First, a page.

Towards Visually-Guided Neuromorphic Robots



Beobot Prototyping

The base RC-car mobile platform, prepared for our first video shoot, in which we simply mounted a camcorder on it and drove it manually.
The car runs at 25 MPH for about 20 minutes on a standard set of two 7.2V battery packs. We will equip the beobots with four packs and many additional Li-Ion camcorder batteries to power the on-board quad-CPU Beowulf. Ruchi has found cool battery packs and DC/DC converter chips which we are experimenting with.
Controlling the servomechanisms (which allow the robot to turn, accelerate, brake and switch between first and second gear) is working using a serial-to-servo converter and some software which Jen developed. Jen is now putting together a servo-based pan/tilt camera mount for the beobots.
Software to control the diagnostic LCD screen from a standard PC serial port is almost ready, from Jen and Paul.
The dual-CPU embedded motherboards (Rocky-3742EVFG, purchased from are working great. Eric installed Linux Mandrake 8.1 on a 256MB CompactFlash disk, and it was a breeze. The Gigabit Ethernet chip (which will link both boards in each beobot) was not automatically recognized during installation, but a kernel module is available for it, so it was trivial to configure. The default kernel did not include support for 1GB of memory, so we are cooking up a custom kernel with all the drivers required for the board. Video, sound, ieee1394, serial, parallel, etc are all working great under Linux.
We just wrote a high-level driver for these cool firewire (IEEE-1394) cameras. Each Beobot will have two such cameras, mounted on a pan/tilt head composed of two servomechanisms.
Eric and Tony finish to prepare the robot for its first trip outdoors (under human control). Check it out here (8.5 MB MPEG movie, 30 fps). In this movie sequence, the attention model has its internal memory (inhibition of return) turned on, so, once it looks at any given object, it will not come back to it for a few seconds. In this respect, the attentional fixations shown in this movie differ from ours, as we tend to continuously fixate one interesting object when we find one that is relevant to our current task. Note how the model does find most interesting objects in the scene (hands, people, trees, pillars) though it only very briefly attends to each one. The autonomous beobots will use a combination of our attention model (to find possible obstacles and landmarks), a navigation system based on a rapid computation of the gist of the scene (where the road is, where the sky is, etc), and localized object recognition linked to the attention model, so that we can identify the targets being attended to.
Nathan completed soldering together a prototype of our infernal power conversion system, which delivers up to 34A @ 5V to the CPU boards from batteries. Looks like we can power all four CPUs for slightly over an hour from 8 standard R/C battery packs. Great!
Mounting the CPU boards onto the car chassis was challenging because the CPU boards have no mounting holes pre-drilled in them, and component density is so high that there is absolutely no room to drill anywhere on the boards. April found a great way of solving thie problem: the CPU boards rest on a rubber mat in which appropriate cut-outs have been laser-cut to accommodate for the various components soldered on the back side of the CPU boards. The rubber mat rests on a solid piece of laser-cut clear acrylic, the base board. Finally, a piece of thin laser-cut acrylic fits tightly around the CPU boards so that they cannot shift. The CPU boards are then maintained in place by many screws just adjacent to the CPU boards, so that the screw heads hold the boards without requiring any drilling into the boards. Click here for a larger image.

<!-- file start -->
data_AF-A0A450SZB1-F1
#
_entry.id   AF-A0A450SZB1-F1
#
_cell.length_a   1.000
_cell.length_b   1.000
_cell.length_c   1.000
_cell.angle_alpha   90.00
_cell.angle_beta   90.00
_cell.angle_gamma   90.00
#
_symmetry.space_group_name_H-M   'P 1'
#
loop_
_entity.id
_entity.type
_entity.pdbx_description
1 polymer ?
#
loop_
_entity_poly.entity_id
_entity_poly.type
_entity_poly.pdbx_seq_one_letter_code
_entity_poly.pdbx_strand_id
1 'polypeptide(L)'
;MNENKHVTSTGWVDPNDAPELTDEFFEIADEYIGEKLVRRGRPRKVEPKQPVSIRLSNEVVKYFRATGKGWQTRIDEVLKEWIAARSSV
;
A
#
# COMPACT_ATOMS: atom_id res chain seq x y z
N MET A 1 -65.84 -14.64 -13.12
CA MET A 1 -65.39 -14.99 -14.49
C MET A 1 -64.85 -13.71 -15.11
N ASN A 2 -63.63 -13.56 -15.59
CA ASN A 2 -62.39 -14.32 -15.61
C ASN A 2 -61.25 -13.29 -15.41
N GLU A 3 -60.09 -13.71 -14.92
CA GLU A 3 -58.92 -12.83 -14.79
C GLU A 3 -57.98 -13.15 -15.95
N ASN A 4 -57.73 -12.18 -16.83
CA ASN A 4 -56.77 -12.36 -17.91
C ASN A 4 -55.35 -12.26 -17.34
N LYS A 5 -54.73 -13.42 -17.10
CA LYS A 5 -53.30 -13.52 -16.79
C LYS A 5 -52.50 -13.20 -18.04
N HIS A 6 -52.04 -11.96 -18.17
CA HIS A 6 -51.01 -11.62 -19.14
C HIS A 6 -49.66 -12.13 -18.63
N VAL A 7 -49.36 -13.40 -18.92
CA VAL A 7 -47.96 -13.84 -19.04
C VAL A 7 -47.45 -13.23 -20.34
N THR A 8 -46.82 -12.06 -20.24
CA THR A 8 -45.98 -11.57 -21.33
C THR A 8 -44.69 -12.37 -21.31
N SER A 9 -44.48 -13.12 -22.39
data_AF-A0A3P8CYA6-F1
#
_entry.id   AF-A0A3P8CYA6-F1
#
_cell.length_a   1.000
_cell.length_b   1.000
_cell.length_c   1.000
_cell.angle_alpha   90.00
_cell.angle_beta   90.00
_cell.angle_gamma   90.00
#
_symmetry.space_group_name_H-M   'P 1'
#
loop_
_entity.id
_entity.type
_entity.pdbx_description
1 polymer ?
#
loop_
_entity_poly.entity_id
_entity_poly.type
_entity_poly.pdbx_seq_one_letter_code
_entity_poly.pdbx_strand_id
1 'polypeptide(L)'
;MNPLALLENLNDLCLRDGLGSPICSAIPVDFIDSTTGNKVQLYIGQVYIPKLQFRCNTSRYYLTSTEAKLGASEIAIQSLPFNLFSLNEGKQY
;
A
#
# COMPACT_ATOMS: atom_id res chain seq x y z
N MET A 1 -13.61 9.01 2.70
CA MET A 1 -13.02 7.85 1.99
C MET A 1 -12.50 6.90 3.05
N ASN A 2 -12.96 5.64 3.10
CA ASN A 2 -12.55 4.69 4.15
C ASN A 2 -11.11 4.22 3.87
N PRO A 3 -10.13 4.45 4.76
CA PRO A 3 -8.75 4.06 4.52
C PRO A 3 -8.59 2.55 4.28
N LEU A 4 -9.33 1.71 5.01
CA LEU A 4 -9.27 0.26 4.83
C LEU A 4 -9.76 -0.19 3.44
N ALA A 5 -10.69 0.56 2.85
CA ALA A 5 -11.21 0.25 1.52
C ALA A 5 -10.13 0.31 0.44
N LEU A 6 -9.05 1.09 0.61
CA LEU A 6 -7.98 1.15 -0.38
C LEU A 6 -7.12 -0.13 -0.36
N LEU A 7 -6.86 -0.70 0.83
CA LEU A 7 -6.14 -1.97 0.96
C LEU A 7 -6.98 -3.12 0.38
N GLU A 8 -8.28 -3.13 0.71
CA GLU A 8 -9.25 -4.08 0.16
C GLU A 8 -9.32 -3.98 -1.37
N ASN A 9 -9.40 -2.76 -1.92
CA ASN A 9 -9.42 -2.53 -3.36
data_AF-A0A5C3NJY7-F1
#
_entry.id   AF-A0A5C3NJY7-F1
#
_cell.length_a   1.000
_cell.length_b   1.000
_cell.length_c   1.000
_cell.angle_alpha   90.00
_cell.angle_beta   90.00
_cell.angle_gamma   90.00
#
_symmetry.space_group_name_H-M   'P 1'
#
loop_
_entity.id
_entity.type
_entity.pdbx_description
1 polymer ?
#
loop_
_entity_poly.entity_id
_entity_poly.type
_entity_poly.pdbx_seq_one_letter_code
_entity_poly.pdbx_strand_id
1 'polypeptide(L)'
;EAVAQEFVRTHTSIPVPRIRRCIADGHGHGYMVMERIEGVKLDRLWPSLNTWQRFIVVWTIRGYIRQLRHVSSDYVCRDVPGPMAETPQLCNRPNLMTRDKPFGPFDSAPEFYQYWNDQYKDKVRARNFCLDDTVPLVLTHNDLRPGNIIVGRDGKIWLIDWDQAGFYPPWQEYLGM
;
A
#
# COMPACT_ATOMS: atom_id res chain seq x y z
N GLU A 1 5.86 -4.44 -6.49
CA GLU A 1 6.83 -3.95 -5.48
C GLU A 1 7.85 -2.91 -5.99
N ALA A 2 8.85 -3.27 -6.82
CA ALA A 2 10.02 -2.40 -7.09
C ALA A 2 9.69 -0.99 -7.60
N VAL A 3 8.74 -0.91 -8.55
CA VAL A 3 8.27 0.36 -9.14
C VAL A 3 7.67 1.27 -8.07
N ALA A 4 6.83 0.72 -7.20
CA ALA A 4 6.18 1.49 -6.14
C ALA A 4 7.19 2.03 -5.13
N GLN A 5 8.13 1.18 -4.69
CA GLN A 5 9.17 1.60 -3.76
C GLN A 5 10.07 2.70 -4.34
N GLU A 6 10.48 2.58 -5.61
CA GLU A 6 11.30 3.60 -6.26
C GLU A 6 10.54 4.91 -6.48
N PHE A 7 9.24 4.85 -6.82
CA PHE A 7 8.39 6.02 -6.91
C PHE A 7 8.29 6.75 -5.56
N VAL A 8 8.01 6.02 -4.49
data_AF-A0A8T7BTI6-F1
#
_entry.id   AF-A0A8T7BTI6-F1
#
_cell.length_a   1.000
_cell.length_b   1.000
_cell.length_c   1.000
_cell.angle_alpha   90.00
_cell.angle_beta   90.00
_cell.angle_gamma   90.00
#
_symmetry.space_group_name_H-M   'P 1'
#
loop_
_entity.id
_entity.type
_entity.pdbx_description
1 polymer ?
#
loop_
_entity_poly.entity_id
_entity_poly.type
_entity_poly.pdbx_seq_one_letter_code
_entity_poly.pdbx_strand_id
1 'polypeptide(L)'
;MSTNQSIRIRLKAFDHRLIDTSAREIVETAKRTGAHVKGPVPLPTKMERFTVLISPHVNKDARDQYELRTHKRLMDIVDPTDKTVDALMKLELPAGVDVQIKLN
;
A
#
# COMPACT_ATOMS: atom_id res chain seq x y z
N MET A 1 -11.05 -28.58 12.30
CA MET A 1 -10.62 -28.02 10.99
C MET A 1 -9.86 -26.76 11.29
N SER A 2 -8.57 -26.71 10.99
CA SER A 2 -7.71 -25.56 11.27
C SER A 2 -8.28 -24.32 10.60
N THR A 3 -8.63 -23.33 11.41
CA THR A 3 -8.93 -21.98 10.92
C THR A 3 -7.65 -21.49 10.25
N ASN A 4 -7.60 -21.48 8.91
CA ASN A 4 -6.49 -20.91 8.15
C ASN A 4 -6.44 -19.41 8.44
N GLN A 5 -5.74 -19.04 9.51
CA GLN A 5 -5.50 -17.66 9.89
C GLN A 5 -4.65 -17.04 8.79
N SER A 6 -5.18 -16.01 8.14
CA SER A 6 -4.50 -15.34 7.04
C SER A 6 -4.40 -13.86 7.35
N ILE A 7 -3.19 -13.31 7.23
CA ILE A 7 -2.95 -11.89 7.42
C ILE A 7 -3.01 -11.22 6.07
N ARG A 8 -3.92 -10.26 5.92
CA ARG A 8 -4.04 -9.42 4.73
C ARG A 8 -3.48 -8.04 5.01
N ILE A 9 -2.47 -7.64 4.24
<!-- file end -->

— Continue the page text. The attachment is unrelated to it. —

The final version of our infernal power conversion system is ready for fabrication. The schematic diagram and printed circuit board layout were done using the freeware version of Eagle PCB software from Cadsoft. The circuit just fits within the 3x4in maximum board size available in the freeware vesion of Eagle PCB. Thank you Cadsoft!
Daesu completed a simple circuit (shown in front of the two motors) that allows us to switch between PC-controlled and radio-controlled by flipping a switch on the radio controller. This will allow us to easily take over the control of the robot in case of bug in our vision algorithms.
The main platform, shown here from below, is ready to go. On the left, the mini-SSC interfaces the PCs to the car's servomechanism. On the right, the fan-cooled power conversion module delivers power to the CPUs from camcorder battery packs.
The first prototype is basically ready and working; the last few components missing on this picture are the batteries, the protective shell, and the pan/tilt camera mounts.
Hook it up, install Linux Mandrake 8.2 on the flash drives, and off you go!
This laser-cut control panel at the back of the robot was a real pain to assemble, because we had to cut and solder a zillion custom cables. But it is really useful to connect the beobot to a monitor, keyboard, mouse, GPS, speakers and microphone, various USB devices, etc.

Copyright © 2005 by the University of Southern California, iLab and The Beobot Team. Last updated Thursday, 02-Sep-2010 10:05:32 PDT